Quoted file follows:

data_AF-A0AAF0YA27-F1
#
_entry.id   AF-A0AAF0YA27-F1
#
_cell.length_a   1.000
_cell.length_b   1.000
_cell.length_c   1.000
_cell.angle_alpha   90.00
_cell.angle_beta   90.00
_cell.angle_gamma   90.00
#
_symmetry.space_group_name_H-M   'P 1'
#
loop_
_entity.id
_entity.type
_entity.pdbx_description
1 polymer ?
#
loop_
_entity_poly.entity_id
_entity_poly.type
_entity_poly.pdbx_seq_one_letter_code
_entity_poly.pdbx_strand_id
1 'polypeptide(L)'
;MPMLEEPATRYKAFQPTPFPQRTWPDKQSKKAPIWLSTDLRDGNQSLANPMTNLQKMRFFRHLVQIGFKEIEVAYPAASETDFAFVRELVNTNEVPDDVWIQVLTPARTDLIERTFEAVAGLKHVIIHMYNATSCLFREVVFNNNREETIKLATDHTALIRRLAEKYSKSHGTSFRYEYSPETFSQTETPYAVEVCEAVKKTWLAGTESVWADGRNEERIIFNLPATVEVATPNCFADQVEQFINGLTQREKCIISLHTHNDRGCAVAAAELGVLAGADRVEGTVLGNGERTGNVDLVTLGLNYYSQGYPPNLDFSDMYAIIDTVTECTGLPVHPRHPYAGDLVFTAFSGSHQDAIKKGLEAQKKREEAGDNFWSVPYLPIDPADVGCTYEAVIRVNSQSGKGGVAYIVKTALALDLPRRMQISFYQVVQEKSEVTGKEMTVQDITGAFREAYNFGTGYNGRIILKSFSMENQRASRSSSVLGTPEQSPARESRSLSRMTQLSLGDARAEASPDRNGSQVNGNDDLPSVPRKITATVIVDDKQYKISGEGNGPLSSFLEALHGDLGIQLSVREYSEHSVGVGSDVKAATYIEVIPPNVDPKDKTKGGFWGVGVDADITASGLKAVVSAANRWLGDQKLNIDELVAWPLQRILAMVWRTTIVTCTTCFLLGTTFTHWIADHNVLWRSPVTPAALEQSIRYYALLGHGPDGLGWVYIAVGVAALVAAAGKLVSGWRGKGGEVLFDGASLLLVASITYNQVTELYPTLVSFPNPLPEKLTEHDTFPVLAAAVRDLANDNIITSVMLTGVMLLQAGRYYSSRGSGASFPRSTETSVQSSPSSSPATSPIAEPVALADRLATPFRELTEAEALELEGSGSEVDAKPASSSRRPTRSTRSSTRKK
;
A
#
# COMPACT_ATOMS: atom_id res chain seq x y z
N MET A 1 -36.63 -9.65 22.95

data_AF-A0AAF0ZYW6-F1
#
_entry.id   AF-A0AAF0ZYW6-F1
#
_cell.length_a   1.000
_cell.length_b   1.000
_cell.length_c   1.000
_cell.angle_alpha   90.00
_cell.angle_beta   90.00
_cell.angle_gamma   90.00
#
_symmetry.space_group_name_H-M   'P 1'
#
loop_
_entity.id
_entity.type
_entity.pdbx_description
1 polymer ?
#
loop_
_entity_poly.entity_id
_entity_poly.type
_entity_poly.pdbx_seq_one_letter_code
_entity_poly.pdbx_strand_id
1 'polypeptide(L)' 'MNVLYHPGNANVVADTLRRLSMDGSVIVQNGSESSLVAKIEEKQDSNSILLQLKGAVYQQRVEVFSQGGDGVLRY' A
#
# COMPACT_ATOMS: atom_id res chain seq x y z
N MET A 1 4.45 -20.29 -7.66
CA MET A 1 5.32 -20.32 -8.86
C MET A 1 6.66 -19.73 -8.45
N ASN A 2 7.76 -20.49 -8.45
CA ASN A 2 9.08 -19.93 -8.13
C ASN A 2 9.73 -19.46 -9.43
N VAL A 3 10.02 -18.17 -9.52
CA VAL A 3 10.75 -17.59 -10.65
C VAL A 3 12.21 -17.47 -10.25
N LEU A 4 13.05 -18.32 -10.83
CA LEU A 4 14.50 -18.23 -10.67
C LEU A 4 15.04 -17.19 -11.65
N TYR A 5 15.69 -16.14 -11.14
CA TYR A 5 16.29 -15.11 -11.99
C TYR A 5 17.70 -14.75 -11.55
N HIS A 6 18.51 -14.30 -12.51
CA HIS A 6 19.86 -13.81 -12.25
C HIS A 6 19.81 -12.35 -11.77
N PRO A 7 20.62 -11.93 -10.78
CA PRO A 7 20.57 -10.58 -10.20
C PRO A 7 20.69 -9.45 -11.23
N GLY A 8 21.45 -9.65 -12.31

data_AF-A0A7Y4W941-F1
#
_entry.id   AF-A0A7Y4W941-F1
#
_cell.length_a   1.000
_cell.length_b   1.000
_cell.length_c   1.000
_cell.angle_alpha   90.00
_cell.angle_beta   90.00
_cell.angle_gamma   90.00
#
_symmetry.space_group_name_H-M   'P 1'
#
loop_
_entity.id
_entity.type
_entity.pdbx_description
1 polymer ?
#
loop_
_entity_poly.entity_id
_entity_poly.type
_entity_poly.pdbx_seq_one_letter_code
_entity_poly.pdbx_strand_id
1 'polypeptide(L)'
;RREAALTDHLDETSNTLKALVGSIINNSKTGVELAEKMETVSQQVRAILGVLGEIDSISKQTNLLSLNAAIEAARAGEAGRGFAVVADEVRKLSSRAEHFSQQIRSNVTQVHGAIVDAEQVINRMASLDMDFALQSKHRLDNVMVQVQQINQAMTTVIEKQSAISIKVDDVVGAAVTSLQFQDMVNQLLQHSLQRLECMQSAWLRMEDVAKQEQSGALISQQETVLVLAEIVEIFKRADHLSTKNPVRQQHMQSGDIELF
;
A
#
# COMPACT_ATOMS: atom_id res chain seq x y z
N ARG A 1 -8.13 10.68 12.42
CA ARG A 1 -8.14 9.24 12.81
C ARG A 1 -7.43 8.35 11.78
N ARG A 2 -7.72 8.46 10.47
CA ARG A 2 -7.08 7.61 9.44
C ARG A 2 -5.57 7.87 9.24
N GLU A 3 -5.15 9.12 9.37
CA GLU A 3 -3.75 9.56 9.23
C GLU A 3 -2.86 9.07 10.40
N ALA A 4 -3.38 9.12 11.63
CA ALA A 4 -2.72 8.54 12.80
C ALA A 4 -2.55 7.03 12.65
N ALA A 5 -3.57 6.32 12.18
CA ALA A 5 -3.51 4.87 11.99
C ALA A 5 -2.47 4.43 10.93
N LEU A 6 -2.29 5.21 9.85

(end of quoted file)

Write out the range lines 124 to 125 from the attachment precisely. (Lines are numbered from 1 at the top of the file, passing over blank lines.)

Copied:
CA ALA A 5 -3.51 4.87 11.99
C ALA A 5 -2.47 4.43 10.93